Partitive plural

Basic rules

When the ending is -a?

The partitive ending is -a, when the root ends with a single vowel. You get the root from genitive by removing the last n.

katto -> katon -> kattoja
katu -> kadun -> katuja

Exeptions:

You drop the last e or i:

nainen -> naisen -> naisia
kysymys -> kysymyksen -> kysymyksiä
vuosi -> vuoden -> vuosia
uusi -> uusien -> uusia

When the ending is -ta?

The partitive ending is ta, when the root ends with 2 vowels. You drop the first vowel and add i + ta.

maa -> maan -> maita
työ -> työn -> töitä
olut -> oluen -> oluita

Exeptions:

There are some long words, which are exeptions.

Ending is -a

>
opettaja -> opettajia
kääntäjä -> kääntäjiä
satama -> satamia
työtön -> työttömiä

ending is -ta

opiskelija -> opiskelijoita
tarjoilija -> tarjoilijoita
ikkuna -> ikkunoita
ravintola -> ravintoloita

Some examples of words where both are possible:

hotelli -> hotelleja / hotelleita
seteli -> setelejä / seteleitä
naapuri -> naapureja / naapureita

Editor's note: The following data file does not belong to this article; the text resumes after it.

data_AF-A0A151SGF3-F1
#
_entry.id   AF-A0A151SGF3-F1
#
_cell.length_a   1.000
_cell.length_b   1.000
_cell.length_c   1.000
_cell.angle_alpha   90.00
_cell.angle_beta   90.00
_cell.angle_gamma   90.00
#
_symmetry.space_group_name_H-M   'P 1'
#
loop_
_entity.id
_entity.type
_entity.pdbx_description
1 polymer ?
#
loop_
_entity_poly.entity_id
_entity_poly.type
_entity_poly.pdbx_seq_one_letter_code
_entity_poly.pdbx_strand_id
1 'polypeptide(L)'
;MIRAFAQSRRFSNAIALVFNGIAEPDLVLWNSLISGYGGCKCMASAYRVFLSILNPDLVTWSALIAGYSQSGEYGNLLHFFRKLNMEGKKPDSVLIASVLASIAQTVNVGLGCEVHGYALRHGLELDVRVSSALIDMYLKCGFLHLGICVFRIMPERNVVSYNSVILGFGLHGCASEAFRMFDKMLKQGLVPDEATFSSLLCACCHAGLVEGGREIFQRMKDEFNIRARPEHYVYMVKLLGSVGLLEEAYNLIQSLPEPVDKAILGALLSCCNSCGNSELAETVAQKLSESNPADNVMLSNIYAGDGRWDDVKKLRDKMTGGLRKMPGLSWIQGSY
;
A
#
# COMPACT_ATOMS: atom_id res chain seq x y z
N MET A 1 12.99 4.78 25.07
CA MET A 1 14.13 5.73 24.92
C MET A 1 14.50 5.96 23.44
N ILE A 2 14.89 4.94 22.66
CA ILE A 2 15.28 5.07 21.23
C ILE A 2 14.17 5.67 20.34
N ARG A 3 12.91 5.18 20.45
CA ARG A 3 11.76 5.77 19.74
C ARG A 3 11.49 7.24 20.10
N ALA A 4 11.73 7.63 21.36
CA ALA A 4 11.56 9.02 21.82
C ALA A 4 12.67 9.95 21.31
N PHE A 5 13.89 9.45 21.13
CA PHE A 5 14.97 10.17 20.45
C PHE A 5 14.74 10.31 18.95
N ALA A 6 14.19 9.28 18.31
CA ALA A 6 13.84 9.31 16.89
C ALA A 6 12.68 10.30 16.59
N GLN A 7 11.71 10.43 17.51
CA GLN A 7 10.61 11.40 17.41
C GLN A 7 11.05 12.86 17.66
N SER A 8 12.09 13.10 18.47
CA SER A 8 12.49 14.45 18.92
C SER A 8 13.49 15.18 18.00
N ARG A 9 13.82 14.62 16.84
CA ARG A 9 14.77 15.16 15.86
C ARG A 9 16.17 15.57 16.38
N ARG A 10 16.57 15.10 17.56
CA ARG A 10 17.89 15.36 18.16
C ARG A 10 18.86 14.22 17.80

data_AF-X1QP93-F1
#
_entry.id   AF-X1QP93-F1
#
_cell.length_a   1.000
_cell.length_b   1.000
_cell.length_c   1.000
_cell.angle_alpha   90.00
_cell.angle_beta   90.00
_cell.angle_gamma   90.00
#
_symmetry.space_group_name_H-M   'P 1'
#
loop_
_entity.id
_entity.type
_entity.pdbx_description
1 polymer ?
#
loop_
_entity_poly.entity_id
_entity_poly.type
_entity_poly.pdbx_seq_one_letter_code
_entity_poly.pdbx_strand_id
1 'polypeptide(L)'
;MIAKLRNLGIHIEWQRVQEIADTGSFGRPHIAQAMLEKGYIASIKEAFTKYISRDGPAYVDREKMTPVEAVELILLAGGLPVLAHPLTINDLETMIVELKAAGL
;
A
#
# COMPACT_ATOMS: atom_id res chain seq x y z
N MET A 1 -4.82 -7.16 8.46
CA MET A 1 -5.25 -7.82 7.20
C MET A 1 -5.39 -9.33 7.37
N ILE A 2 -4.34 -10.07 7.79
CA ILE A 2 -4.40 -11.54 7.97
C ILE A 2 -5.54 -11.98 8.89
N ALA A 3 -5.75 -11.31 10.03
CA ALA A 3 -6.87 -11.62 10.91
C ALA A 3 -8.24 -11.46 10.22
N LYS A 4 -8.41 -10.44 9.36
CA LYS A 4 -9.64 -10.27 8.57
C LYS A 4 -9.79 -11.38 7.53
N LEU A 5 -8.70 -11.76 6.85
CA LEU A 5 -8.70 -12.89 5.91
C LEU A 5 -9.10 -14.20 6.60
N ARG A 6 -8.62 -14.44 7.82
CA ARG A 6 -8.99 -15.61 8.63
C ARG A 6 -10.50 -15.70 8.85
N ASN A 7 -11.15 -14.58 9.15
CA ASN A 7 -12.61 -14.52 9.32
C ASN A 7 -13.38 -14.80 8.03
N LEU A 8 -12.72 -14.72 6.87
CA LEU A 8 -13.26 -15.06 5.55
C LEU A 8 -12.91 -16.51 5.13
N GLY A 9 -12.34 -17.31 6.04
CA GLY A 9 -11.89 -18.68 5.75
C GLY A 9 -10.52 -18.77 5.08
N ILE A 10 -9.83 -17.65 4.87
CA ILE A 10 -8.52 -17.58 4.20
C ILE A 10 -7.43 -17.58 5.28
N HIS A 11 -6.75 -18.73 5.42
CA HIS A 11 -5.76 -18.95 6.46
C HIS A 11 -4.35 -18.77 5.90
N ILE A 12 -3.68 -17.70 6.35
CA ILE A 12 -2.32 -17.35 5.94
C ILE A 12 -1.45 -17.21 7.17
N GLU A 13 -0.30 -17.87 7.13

When to use plural partitive

The basic meaning of plural partitive is "indefinite amount of numerous things", for example: "Syön piirakoita" / "I'm eating some pies".

To express the object

Partitive, singular or plural, is used typically with the object of the sentence.

Opiskelija lukee kirjaa.
A student is reading a book.
Opiskelijat lukevat kirjoja.
Students are reading (some) books.
Muista ostaa maitoa.
Remember to buy (some) milk.
Muista ostaa perunoita.
Remember to buy (some) potatoes.

Also genitive ("n-object") is a possible case. See the difference between the different kinds of objects:

To express the subject in an existential sentence

Existential sentence can be used to express where things are (or are not) or possession (there is - sentence in English).

Torilla on ihmisiä.
There are (some) people on the market square.
Kirjastossa on opiskelijoita.
There are (some) students in the library.

More about the existential sentence.


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